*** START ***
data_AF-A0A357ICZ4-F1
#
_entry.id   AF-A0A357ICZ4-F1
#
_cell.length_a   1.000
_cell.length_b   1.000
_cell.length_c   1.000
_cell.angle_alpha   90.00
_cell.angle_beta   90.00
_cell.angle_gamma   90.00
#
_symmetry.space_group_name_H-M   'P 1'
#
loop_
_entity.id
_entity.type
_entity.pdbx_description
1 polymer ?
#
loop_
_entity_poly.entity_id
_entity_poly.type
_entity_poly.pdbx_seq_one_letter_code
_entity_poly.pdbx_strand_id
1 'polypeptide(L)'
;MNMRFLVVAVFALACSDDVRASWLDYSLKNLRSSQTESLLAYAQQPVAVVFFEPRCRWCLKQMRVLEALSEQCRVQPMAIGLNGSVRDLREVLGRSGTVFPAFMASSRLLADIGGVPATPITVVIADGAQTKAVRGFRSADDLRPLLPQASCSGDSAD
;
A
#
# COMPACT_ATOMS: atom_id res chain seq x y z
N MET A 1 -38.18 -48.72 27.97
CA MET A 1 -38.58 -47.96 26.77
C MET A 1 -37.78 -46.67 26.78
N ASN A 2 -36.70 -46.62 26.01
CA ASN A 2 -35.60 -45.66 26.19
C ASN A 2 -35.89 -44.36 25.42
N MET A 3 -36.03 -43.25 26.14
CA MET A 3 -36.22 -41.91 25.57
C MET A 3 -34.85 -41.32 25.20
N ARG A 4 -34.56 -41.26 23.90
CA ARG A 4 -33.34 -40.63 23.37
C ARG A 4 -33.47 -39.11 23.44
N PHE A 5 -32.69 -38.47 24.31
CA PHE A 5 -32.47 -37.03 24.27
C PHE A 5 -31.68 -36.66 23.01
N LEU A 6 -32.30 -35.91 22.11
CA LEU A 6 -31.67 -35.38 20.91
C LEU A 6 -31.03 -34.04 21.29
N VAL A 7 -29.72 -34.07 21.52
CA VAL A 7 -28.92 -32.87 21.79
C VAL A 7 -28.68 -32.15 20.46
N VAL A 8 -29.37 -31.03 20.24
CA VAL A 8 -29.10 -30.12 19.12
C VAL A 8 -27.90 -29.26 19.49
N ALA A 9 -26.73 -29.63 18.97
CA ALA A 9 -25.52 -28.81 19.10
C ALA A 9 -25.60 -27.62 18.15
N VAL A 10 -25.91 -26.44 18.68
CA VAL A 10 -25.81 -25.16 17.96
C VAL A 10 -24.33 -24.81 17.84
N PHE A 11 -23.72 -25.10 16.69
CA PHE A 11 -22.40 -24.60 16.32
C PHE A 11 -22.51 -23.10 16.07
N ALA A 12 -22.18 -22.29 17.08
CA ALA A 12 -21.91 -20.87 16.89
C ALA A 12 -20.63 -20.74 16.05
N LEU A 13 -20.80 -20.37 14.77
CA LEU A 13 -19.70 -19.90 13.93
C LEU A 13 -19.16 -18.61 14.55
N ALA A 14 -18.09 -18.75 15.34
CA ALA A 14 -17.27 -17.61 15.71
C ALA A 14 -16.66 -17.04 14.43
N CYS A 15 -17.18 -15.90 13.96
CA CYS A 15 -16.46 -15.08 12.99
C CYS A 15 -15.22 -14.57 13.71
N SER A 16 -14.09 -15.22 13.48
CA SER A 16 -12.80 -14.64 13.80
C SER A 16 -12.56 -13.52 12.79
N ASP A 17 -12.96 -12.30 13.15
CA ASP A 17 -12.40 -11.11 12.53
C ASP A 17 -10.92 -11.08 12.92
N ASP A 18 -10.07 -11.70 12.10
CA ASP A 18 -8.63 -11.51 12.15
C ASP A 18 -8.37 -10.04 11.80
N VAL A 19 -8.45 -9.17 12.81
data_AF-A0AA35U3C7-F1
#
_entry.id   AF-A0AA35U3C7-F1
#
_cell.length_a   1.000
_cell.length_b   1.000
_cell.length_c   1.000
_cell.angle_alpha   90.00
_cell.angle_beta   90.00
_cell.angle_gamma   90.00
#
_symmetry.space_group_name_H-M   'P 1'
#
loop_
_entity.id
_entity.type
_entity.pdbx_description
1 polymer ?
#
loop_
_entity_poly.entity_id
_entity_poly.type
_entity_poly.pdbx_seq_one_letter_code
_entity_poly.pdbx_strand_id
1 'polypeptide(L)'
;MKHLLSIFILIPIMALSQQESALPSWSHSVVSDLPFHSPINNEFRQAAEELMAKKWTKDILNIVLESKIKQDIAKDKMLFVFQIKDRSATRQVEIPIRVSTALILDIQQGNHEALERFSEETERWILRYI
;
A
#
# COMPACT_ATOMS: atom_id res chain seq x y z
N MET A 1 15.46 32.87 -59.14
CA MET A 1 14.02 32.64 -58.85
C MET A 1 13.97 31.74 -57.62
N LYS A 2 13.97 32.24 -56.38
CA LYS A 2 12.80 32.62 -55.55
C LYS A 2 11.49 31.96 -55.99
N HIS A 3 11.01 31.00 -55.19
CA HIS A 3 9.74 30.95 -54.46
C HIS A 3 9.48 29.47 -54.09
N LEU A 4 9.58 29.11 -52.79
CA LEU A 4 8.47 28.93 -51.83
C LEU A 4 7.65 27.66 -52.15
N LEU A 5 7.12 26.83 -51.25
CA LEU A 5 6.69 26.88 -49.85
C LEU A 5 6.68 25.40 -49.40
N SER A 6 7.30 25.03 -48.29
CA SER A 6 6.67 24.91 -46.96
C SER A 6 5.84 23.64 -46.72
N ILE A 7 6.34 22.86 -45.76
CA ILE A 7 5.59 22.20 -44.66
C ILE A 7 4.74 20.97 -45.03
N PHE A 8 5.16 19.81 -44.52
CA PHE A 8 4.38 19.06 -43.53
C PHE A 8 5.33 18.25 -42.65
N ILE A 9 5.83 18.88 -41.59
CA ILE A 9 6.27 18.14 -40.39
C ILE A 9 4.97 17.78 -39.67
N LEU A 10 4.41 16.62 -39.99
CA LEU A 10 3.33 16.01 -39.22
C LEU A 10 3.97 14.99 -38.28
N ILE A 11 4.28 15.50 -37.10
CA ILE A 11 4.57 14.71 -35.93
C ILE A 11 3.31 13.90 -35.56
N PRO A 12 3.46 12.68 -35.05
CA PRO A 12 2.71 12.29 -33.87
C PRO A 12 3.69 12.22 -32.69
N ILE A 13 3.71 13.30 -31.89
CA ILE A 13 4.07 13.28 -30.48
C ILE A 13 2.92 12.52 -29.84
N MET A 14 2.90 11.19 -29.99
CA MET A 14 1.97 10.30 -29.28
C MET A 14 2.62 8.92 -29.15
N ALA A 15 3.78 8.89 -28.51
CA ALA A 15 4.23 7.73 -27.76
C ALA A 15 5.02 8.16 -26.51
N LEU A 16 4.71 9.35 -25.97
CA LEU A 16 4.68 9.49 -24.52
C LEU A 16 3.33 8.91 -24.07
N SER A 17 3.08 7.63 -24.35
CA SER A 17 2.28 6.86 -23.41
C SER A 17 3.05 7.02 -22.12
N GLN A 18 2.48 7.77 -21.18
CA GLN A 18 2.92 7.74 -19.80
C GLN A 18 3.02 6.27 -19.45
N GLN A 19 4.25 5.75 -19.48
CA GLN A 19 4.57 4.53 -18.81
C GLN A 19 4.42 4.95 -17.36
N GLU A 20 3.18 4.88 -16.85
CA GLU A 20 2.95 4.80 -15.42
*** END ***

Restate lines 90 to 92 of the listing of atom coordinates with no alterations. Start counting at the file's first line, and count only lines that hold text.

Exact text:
_cell.length_a   1.000
_cell.length_b   1.000
_cell.length_c   1.000